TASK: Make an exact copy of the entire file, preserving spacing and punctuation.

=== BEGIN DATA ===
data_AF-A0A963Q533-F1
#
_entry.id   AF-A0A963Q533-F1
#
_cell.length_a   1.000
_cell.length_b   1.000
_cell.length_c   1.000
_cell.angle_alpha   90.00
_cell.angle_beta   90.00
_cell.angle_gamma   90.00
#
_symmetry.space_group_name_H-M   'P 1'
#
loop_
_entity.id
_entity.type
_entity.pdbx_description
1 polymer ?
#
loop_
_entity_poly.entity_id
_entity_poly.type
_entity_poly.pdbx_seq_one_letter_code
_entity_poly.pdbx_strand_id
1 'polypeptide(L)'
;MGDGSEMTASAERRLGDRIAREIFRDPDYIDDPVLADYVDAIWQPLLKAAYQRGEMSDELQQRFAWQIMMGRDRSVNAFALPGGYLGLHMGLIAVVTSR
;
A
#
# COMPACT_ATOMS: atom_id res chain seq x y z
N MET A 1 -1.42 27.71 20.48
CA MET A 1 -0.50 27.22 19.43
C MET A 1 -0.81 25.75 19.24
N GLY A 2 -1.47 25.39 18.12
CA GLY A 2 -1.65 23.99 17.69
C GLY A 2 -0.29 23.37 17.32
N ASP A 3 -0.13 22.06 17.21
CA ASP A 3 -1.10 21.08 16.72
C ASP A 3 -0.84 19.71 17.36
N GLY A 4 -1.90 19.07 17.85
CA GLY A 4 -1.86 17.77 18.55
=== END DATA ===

data_AF-A0A963Q533-F1
#
_entry.id   AF-A0A963Q533-F1
#
_cell.length_a   1.000
_cell.length_b   1.000
_cell.length_c   1.000
_cell.angle_alpha   90.00
_cell.angle_beta   90.00
_cell.angle_gamma   90.00
#
_symmetry.space_group_name_H-M   'P 1'
#
loop_
_entity.id
_entity.type
_entity.pdbx_description
1 polymer ?
#
loop_
_entity_poly.entity_id
_entity_poly.type
_entity_poly.pdbx_seq_one_letter_code
_entity_poly.pdbx_strand_id
1 'polypeptide(L)'
;MGDGSEMTASAERRLGDRIAREIFRDPDYIDDPVLADYVDAIWQPLLKAAYQRGEMSDELQQRFAWQIMMGRDRSVNAFALPGGYLGLHMGLIAVVTSR
;
A
#
# COMPACT_ATOMS: atom_id res chain seq x y z
N MET A 1 -1.42 27.71 20.48
CA MET A 1 -0.50 27.22 19.43
C MET A 1 -0.81 25.75 19.24
N GLY A 2 -1.47 25.39 18.12
CA GLY A 2 -1.65 23.99 17.69
C GLY A 2 -0.29 23.37 17.32
N ASP A 3 -0.13 22.06 17.21
CA ASP A 3 -1.10 21.08 16.72
C ASP A 3 -0.84 19.71 17.36
N GLY A 4 -1.90 19.07 17.85
CA GLY A 4 -1.86 17.77 18.55